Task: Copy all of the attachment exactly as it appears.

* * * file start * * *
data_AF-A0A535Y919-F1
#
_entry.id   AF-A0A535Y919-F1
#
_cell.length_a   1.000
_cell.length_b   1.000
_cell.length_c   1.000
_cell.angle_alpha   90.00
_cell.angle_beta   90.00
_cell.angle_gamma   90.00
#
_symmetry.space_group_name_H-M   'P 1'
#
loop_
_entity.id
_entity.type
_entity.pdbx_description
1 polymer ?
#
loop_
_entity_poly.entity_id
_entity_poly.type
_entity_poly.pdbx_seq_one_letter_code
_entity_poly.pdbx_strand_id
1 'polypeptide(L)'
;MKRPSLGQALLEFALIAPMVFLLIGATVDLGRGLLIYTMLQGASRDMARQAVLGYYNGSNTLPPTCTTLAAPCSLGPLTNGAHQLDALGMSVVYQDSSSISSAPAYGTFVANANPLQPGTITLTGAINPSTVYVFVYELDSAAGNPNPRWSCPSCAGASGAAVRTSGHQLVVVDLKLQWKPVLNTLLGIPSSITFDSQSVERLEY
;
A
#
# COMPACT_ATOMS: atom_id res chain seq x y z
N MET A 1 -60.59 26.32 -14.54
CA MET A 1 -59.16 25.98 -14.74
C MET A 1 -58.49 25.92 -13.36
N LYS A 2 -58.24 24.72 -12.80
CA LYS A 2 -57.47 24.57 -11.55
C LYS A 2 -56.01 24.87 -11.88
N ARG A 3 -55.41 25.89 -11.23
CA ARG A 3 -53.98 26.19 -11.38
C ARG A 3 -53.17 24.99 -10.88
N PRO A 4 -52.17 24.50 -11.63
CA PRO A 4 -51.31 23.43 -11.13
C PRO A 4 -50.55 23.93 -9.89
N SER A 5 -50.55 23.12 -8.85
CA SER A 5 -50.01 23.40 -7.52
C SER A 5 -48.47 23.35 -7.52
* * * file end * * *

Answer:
data_AF-A0A535Y919-F1
#
_entry.id   AF-A0A535Y919-F1
#
_cell.length_a   1.000
_cell.length_b   1.000
_cell.length_c   1.000
_cell.angle_alpha   90.00
_cell.angle_beta   90.00
_cell.angle_gamma   90.00
#
_symmetry.space_group_name_H-M   'P 1'
#
loop_
_entity.id
_entity.type
_entity.pdbx_description
1 polymer ?
#
loop_
_entity_poly.entity_id
_entity_poly.type
_entity_poly.pdbx_seq_one_letter_code
_entity_poly.pdbx_strand_id
1 'polypeptide(L)'
;MKRPSLGQALLEFALIAPMVFLLIGATVDLGRGLLIYTMLQGASRDMARQAVLGYYNGSNTLPPTCTTLAAPCSLGPLTNGAHQLDALGMSVVYQDSSSISSAPAYGTFVANANPLQPGTITLTGAINPSTVYVFVYELDSAAGNPNPRWSCPSCAGASGAAVRTSGHQLVVVDLKLQWKPVLNTLLGIPSSITFDSQSVERLEY
;
A
#
# COMPACT_ATOMS: atom_id res chain seq x y z
N MET A 1 -60.59 26.32 -14.54
CA MET A 1 -59.16 25.98 -14.74
C MET A 1 -58.49 25.92 -13.36
N LYS A 2 -58.24 24.72 -12.80
CA LYS A 2 -57.47 24.57 -11.55
C LYS A 2 -56.01 24.87 -11.88
N ARG A 3 -55.41 25.89 -11.23
CA ARG A 3 -53.98 26.19 -11.38
C ARG A 3 -53.17 24.99 -10.88
N PRO A 4 -52.17 24.50 -11.63
CA PRO A 4 -51.31 23.43 -11.13
C PRO A 4 -50.55 23.93 -9.89
N SER A 5 -50.55 23.12 -8.85
CA SER A 5 -50.01 23.40 -7.52
C SER A 5 -48.47 23.35 -7.52